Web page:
House Republicans to meet, discuss Turner's future

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Indiana House Republicans will meet Monday to decide whether to take action against Speaker Pro Tem Eric Turner, who is accused of using his influence to protect his family's lucrative nursing home business.

Two House Republicans spoke to The Associated Press on condition of anonymity because they could face sanctions for discussing the private proceedings.

The full Republican caucus hasn't met since the end of the legislative session in March. It was in those private meetings that Turner fought legislation that would have imposed a moratorium on nursing home construction, costing his family nursing home development company millions.

Turner, through a lawyer and spokesman, has repeatedly said he did nothing wrong by lobbying against the moratorium and contends he was transparent about his personal financial stake.

The House Ethics Committee cleared him of wrongdoing in April but urged lawmakers to strengthen the disclosure rules for public officials. The panel plans to meet this summer to draw up new rules for consideration during next year's legislative session.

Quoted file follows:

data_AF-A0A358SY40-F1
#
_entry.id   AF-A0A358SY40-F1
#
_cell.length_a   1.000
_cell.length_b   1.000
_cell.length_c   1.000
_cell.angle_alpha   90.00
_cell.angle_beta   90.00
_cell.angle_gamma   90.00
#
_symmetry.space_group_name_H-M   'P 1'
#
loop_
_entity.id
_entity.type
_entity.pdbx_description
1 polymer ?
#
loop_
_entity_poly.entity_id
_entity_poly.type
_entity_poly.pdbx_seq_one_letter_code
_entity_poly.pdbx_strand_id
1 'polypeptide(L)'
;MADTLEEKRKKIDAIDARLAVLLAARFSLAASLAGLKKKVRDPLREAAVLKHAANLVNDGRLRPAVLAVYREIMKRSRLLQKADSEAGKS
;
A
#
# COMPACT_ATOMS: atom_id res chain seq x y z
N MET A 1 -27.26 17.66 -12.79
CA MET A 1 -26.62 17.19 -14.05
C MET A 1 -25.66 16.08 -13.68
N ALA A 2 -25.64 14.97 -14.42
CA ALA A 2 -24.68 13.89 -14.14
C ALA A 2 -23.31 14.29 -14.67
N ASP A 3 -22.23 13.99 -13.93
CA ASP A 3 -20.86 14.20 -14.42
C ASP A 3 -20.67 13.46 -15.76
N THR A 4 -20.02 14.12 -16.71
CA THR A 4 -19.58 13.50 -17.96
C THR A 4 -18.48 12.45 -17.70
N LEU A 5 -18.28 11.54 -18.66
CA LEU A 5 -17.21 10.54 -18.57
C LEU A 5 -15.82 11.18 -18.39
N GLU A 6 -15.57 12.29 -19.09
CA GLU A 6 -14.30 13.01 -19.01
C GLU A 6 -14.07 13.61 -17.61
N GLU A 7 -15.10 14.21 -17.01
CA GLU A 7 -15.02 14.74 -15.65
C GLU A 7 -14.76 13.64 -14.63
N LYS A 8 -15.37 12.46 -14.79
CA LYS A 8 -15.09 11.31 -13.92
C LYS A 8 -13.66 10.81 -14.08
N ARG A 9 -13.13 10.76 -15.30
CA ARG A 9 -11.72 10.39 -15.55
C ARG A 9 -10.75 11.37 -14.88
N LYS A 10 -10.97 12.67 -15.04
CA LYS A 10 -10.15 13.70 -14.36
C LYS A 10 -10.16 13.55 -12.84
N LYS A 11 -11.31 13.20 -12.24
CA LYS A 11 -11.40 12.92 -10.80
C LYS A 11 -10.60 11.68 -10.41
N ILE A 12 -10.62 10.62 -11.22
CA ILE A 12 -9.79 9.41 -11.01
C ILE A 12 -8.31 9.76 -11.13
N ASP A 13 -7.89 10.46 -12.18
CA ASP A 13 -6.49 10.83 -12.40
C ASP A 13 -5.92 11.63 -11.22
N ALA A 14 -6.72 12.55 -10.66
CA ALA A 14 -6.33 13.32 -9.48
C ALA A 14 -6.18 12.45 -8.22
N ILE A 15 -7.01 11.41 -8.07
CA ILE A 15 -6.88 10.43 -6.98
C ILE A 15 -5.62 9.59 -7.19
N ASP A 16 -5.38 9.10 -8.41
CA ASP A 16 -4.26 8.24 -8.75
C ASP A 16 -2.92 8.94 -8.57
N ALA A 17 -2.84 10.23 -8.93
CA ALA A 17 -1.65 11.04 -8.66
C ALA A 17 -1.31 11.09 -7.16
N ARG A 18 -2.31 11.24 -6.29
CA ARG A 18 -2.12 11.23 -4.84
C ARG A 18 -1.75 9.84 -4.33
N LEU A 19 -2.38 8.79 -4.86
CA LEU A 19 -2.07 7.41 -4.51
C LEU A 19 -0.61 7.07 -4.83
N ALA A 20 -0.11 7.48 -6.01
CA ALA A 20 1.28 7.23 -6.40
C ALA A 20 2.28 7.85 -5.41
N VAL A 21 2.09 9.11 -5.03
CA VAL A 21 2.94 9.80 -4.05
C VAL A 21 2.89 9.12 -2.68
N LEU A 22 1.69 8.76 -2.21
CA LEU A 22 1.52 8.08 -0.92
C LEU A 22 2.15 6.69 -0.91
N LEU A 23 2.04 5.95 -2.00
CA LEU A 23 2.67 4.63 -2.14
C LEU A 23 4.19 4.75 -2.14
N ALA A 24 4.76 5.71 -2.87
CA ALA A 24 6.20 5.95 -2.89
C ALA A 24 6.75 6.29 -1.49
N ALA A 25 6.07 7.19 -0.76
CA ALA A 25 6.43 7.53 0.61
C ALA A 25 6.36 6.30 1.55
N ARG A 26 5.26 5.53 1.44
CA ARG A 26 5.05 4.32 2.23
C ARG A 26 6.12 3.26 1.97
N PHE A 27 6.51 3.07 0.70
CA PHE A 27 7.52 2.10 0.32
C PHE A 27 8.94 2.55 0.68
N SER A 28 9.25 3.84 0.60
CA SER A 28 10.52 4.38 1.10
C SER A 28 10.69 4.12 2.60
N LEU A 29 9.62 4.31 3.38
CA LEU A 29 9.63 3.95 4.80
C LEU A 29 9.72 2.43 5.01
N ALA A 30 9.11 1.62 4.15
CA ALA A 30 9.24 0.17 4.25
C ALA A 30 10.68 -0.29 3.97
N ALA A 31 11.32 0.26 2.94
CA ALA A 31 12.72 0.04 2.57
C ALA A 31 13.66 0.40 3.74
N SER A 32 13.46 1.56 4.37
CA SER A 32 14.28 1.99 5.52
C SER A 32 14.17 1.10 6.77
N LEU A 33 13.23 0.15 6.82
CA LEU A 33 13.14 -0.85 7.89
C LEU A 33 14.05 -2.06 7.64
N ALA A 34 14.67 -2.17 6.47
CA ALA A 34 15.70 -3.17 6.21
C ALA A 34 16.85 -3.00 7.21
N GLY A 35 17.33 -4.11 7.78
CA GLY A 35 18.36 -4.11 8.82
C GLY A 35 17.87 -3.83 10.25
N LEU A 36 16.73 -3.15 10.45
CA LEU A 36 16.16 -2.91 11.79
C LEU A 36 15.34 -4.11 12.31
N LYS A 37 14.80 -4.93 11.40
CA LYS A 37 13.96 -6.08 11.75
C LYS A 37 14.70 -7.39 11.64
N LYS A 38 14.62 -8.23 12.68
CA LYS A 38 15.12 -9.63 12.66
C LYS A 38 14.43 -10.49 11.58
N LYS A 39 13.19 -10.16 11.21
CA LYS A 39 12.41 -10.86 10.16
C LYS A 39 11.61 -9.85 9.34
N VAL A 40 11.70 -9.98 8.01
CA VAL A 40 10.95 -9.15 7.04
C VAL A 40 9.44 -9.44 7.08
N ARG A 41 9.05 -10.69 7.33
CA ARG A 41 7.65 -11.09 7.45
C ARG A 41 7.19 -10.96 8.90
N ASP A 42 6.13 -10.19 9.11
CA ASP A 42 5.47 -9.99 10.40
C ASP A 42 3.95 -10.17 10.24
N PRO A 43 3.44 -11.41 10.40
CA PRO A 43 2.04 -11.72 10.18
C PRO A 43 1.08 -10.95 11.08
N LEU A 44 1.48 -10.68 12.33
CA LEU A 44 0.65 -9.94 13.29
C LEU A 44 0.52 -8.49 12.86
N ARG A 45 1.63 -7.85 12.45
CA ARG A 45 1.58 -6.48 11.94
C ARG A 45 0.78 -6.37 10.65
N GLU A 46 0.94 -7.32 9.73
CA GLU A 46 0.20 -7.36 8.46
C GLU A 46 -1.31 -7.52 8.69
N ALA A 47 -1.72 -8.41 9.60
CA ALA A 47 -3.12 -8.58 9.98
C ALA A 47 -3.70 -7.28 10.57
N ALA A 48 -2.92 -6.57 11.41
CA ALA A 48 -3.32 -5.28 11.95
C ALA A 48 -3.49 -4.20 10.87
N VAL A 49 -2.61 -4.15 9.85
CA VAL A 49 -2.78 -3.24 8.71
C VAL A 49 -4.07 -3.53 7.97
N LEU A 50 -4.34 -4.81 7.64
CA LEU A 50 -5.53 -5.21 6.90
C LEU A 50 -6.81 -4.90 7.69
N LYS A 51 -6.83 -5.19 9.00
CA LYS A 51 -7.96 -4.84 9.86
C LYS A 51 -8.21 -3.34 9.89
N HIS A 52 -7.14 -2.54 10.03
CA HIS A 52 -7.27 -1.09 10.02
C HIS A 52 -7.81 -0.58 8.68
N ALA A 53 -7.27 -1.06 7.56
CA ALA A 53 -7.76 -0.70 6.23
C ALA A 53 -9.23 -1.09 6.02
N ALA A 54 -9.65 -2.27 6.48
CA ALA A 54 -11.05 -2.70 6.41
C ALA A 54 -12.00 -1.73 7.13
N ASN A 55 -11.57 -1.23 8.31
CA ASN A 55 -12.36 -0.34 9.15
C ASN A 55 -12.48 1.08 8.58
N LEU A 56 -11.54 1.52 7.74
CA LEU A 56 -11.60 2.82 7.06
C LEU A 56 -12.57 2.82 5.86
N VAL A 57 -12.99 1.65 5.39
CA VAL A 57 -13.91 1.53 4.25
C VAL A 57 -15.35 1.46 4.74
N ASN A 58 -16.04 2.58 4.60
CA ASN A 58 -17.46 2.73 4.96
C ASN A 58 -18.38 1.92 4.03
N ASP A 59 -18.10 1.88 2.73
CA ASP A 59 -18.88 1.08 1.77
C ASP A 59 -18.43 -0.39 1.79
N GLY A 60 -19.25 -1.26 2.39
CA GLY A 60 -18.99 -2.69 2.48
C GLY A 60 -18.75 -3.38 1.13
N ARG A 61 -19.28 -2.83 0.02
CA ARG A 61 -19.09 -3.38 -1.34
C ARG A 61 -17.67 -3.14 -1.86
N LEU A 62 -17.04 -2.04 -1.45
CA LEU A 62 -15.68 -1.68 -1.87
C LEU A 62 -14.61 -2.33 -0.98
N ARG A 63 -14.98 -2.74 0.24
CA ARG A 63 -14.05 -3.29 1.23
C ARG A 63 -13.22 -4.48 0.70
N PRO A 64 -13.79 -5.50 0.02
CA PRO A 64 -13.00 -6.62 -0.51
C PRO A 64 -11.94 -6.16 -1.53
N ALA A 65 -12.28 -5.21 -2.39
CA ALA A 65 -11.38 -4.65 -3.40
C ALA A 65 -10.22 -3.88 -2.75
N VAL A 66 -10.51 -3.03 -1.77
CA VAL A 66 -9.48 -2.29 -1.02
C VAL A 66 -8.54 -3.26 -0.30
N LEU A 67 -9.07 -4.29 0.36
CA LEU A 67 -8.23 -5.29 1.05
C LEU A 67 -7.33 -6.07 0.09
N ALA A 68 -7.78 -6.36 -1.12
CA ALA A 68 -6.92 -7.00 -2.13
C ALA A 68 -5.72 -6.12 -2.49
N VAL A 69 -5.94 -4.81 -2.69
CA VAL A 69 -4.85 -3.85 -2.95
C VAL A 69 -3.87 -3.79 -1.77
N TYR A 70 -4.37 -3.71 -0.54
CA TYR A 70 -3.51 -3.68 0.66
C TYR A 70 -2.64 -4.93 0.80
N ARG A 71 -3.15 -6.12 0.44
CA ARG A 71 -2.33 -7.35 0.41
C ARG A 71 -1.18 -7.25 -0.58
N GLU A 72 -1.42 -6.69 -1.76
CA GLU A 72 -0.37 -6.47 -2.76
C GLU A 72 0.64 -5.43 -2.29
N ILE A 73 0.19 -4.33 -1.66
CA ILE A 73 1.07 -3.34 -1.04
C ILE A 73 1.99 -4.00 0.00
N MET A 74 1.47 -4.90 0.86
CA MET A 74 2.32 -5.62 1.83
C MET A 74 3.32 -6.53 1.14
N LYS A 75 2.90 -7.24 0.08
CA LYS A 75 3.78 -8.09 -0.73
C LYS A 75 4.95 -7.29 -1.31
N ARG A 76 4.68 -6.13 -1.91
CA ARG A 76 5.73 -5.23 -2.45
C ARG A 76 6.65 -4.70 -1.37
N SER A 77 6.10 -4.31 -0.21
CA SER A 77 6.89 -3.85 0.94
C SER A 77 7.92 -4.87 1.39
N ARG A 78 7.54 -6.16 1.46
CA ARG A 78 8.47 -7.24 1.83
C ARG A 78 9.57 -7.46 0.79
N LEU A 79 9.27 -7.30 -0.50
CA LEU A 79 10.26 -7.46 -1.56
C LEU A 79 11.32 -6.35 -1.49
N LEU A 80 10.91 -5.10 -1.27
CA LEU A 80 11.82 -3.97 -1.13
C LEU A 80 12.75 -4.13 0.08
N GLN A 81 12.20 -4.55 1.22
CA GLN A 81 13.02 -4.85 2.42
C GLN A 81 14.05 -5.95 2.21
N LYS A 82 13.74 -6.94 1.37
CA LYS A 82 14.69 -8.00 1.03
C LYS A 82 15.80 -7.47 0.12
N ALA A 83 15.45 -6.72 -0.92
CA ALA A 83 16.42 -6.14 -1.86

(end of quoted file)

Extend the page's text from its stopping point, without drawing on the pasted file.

Turner also has drawn scrutiny over $345,000 in tax credits that the state, through the Indiana Economic Development Corp., awarded for a Terre Haute nursing home project in which Turner has an ownership stake. Documents obtained by the AP show that Turner owns 38 percent of Mainstreet Property Group through his ownership in a separate company, Mainstreet Capital Partners.

When the ban was being considered, Mainstreet spokeswoman Kate Snedeker sent a press release saying the Terre Haute project was one of many that would be shut down if the legislation was approved. She later said that was a mistake on the company's part and that construction would have been completed even if the ban had passed.

The caucus has strict rules against going public with information about the secret meetings. Senate President Pro Tem David Long stripped Sen. Mike Delph, R-Carmel, of his leadership position in February after accusing Delph of violating caucus secrecy rules. Delph has denied the charge.


  • Had to know
    If he recused himself from voting on the matter, he should have known not to lobby on the matter too. He knew. He also knows that the other Republicans will (sadly) have his back.
  • OK, Let's Think About This...
    I am not in Eric Turner's district, so I cannot speak on behalf of his constituents. However, in my opinion, nothing whatsoever will be done with Mr. Turner. We are dealing with a situation where he is a senior ranking Republican in the State Legislature, who is about to be judged by fellow ranking Republicans in the State Legislature. The absolute worst thing that will happen: Don't get caught doing this again...

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